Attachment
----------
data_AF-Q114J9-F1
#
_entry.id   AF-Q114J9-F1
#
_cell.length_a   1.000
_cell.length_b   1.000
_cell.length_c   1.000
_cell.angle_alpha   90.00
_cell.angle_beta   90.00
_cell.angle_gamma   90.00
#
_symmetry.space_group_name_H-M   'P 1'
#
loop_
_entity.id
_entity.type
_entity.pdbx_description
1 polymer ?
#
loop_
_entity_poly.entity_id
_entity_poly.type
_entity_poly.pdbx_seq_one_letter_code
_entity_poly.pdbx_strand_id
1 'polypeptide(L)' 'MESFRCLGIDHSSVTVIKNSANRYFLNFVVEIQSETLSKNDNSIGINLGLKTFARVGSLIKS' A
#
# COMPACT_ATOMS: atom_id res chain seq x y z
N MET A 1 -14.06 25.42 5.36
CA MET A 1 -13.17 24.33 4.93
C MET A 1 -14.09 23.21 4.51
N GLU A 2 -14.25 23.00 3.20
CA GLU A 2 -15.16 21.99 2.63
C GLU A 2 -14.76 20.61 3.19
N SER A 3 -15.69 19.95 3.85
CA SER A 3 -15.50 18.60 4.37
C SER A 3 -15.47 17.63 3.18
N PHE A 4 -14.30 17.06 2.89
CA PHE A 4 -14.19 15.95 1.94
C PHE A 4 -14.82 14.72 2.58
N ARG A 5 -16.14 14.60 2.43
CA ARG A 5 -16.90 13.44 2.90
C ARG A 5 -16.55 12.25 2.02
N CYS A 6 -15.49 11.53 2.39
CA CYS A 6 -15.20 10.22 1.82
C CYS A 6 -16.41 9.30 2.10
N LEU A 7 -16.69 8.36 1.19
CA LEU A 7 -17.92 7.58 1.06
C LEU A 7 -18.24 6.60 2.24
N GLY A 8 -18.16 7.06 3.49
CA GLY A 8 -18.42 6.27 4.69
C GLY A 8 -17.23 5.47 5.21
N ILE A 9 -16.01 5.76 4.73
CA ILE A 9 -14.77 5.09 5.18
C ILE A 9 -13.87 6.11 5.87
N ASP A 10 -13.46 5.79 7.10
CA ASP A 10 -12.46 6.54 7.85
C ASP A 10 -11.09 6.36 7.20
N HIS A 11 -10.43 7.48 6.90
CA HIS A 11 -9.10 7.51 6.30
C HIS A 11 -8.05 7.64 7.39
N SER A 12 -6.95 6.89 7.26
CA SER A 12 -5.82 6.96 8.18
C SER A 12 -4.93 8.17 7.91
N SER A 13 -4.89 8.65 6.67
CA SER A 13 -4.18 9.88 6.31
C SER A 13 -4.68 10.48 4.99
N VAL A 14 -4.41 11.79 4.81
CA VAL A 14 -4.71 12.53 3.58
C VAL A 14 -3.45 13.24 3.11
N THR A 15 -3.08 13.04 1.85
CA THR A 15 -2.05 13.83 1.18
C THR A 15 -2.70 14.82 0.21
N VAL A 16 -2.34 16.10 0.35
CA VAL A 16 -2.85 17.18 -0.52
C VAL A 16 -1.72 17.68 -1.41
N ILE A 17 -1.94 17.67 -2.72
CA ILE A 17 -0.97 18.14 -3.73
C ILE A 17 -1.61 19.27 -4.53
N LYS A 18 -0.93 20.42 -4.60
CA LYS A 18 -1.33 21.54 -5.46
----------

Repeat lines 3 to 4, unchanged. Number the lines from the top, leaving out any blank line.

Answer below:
_entry.id   AF-Q114J9-F1
#